Like in all Android based handsets you can sync your handset with online services like Google. The Xperia also offers users the option of syncing your device with their own service called Sony Ericsson Sync. A host of Moxier services has been preloaded for those who have, or wish to, create new accounts for data backups etc. Google Maps and Wisepilot (free for three months) are available for use with the handsets GPS modules. Images can also be geotagged with location data. The Android Market place is a great way to get other handy applications for all purposes.
Other than the standard features like a Calculator, Calendar and Alarm Clock, the X10 comes with Voice dialing capabilities and an Office Suite that allows you to open MS documents Including PPS and PPT files as well as PDF. For security, you can use the Pattern Unlock option for the handset, but you’ll still have to unlock the screen first. Sony Ericsson has also included their famous QuadraPop game with the handset. Anything else you need can be downloaded from the Android Market.
The 8MP camera with its LED flash is capable of producing really good images. Pictures are quite crisp and the details, even on close inspection, are not bad at all. Some of the darker colors do tend to get a bit mixed together but not enough to make the picture unclear or tarnished.
There are also quite a few settings from auto scene recognition, to face and smile detection, image stabilization, touch-focus (which is not nearly as good as HTC’s) and plenty of scene modes to choose from. Video recording is not bad at all. It offers Wide VGA, QVGA and YouTube resolutions as well as a few scene modes here too.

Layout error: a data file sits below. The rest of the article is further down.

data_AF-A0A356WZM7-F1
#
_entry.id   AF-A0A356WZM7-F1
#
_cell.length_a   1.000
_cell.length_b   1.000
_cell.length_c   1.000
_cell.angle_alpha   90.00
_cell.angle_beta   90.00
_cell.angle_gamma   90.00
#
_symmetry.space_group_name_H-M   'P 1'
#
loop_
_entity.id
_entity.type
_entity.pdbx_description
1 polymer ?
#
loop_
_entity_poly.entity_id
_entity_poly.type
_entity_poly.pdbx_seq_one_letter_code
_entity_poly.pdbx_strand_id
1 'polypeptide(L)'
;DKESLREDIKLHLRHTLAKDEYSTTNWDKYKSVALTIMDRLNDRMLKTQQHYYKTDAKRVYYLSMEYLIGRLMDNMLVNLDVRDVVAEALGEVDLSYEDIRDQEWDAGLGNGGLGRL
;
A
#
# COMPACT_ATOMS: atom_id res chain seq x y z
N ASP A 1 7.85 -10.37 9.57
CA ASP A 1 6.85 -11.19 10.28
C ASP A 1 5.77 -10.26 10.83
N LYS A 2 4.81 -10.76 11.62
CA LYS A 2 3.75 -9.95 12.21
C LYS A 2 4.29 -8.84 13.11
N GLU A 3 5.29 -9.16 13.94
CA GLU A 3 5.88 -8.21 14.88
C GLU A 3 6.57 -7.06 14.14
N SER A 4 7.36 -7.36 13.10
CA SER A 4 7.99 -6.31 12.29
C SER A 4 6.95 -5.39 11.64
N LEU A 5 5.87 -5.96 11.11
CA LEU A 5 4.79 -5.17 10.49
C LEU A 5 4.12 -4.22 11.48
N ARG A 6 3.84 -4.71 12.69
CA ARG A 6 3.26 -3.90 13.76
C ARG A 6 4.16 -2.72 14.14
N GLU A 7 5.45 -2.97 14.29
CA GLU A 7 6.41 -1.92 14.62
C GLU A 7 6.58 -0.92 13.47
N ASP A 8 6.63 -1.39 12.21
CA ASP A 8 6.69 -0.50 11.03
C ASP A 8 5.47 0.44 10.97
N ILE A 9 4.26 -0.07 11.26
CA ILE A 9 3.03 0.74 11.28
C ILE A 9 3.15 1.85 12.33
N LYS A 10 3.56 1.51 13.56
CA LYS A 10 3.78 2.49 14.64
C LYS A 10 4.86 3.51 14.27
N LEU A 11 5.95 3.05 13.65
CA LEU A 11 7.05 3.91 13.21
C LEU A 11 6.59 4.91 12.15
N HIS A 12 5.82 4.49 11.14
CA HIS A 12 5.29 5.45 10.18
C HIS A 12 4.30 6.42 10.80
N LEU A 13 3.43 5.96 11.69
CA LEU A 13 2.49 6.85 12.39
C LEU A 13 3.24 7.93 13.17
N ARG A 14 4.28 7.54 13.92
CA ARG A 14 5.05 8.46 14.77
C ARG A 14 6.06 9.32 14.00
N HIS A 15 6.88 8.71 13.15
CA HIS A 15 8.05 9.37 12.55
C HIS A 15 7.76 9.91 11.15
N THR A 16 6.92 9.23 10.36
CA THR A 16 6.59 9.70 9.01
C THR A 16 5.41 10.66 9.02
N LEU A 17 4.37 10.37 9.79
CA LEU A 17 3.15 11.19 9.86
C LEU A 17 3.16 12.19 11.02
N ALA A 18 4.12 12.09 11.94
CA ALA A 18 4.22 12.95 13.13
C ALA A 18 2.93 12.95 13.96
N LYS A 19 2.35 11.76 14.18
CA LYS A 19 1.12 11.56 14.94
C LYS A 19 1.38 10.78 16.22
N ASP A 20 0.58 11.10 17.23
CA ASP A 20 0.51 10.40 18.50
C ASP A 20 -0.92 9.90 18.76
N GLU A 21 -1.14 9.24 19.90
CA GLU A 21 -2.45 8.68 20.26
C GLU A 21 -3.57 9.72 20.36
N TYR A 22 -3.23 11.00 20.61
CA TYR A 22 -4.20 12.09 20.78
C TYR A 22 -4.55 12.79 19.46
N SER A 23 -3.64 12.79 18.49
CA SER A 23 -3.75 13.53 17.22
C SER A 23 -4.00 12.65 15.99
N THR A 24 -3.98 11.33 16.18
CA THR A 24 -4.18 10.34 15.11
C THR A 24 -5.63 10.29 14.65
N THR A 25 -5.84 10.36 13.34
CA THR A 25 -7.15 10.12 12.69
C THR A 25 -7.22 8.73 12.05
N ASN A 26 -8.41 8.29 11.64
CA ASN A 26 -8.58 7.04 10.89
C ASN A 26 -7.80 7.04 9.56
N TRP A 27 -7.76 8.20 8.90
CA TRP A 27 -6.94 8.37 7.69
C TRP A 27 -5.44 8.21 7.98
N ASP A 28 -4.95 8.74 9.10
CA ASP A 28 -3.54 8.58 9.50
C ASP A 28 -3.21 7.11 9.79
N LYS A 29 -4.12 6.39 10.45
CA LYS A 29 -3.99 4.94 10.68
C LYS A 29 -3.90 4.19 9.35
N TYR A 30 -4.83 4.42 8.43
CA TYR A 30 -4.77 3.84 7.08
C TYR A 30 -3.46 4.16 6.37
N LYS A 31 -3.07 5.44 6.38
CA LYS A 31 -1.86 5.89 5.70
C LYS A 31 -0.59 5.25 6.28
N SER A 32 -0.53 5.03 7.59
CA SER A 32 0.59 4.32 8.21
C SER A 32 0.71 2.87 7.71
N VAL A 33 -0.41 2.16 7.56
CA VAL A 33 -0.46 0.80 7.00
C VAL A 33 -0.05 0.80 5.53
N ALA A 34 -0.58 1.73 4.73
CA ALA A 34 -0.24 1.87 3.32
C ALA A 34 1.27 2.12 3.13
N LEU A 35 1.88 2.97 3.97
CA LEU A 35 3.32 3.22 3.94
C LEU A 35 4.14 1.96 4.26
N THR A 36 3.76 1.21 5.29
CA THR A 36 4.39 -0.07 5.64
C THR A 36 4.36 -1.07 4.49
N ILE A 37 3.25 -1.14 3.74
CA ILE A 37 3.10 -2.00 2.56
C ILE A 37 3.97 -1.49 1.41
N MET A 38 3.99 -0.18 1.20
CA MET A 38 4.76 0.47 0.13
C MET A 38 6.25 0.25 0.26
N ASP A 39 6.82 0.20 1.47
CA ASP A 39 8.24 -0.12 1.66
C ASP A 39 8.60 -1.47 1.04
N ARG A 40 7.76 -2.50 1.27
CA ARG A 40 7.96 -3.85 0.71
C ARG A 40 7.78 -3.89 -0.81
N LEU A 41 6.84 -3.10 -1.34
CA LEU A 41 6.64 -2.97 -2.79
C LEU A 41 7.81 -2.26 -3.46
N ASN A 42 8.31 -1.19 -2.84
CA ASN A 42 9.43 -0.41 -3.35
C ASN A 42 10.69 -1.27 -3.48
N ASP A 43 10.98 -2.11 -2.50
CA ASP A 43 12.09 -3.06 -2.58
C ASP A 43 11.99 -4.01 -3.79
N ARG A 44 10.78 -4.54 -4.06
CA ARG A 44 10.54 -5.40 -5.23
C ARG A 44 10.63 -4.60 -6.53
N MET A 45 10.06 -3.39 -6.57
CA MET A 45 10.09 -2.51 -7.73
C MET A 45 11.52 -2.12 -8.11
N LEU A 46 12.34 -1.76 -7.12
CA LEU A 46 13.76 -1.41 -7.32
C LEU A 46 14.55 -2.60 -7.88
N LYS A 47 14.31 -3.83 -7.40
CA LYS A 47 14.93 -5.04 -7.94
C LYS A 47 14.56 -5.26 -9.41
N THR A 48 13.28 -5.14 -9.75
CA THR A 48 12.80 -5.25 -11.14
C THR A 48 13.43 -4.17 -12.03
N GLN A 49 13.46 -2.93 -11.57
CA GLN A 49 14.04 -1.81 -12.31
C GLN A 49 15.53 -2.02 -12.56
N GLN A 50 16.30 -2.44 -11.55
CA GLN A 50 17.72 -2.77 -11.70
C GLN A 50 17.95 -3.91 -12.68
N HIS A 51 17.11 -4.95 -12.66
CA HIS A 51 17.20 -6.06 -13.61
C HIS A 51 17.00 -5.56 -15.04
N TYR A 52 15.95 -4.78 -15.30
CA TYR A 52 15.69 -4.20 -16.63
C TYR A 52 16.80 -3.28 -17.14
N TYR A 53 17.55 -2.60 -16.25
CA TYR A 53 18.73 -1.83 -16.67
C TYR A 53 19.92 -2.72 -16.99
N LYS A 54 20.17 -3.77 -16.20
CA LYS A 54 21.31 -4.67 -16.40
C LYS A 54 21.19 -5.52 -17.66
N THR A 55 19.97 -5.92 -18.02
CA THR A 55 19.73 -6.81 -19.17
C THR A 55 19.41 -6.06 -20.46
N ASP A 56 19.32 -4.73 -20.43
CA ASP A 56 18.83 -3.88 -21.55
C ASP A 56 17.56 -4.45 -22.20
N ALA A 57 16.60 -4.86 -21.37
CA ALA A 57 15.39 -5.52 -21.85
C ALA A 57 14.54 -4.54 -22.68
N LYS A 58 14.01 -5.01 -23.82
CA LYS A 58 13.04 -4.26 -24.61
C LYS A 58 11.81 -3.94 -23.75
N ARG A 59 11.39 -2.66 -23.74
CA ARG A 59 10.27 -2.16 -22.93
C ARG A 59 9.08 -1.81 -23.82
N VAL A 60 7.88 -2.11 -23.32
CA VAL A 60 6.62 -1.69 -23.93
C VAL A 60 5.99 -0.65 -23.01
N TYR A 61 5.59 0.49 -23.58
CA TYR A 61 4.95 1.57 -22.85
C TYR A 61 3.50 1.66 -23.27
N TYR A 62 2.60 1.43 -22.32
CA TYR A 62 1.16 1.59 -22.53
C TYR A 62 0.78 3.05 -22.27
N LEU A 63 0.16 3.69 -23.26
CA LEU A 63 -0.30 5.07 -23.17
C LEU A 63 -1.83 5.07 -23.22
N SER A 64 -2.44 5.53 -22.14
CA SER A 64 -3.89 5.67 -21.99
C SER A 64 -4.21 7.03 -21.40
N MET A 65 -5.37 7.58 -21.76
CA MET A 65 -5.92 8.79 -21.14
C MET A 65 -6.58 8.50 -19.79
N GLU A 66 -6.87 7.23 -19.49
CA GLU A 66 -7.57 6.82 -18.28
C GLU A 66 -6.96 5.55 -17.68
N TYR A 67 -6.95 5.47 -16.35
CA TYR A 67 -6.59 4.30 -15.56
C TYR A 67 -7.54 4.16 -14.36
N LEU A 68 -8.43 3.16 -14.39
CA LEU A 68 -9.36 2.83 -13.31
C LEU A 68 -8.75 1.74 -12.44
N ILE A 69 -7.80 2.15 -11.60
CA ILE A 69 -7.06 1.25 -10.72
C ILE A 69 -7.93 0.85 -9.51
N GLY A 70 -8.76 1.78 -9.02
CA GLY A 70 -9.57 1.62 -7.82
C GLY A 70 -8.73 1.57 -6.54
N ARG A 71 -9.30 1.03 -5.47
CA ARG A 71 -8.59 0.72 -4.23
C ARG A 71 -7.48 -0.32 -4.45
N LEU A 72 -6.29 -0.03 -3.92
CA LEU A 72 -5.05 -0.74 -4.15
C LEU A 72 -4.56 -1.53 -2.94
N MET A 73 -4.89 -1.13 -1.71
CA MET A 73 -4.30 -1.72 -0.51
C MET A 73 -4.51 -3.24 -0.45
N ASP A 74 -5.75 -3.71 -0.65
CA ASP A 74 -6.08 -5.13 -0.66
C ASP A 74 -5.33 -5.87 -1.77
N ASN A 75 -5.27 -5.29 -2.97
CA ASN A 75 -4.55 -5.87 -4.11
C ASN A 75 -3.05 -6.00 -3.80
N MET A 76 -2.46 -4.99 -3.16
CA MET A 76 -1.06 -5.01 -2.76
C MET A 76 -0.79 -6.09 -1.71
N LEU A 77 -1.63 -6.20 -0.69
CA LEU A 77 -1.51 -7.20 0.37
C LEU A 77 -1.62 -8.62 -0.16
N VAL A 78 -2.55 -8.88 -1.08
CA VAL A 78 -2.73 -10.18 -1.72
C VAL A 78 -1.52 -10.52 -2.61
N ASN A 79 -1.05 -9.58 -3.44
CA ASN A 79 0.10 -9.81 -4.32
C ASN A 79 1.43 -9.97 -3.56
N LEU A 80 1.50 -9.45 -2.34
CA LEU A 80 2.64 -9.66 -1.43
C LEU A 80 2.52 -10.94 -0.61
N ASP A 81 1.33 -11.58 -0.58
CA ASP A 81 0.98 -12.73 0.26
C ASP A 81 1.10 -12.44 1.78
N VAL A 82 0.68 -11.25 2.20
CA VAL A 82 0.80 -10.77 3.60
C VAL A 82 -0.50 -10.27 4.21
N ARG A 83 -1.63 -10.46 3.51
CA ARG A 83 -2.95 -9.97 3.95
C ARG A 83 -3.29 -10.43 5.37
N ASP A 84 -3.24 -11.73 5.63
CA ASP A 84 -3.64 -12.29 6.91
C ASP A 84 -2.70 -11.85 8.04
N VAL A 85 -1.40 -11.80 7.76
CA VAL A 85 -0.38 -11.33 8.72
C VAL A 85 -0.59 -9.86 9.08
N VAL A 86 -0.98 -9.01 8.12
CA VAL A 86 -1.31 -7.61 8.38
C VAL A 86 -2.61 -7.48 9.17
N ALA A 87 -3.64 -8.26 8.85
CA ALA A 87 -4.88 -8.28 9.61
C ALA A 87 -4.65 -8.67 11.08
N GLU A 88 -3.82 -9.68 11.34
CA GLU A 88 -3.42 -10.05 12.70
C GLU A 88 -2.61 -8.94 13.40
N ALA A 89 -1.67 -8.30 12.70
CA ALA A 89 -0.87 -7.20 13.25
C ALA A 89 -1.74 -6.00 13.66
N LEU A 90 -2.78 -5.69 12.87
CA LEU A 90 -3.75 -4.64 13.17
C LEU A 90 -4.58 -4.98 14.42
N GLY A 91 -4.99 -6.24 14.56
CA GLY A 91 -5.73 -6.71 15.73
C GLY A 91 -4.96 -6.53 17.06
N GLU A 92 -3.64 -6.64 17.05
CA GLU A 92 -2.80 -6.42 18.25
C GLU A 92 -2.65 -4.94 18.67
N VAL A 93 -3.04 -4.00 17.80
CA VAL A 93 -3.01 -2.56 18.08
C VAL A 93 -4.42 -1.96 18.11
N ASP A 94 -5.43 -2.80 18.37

Stand alone talk time was impressive and easily averaged in at over 4 hours and 15 minutes. The problem with most Android handsets is that the OS is designed to be in a ‘Constantly on’ setting for social networking emailing etc. that takes a serious toll on battery life, and like most other Android handsets the Xperia also tends to drain very quickly if you’re constantly updating and checking your account. However you’ll easily get a day and half of usage including calls, social networking, camera usage and music on a single charge, which is quite impressive.
The Bottom Line
The X10 comes with price tag of Rs. 35,795 (MRP), which is a little over priced in my opinion. With handsets like the Legend and the MILESTONE priced so much less than the X10, it’s going to have a really tough time gaining a foothold. While it does have a few interesting features like the Timescape and Mediascape UI, it falls short with the lack of better media options. Sony Ericsson’s own Vivaz beats it out in the camera division with 720p video recording, but the battery life is definitely a winner. The only problem is that as good as the handset may be in terms of looks, it’s feature set just doesn’t justify the price, not when there are options that are as good and are better priced.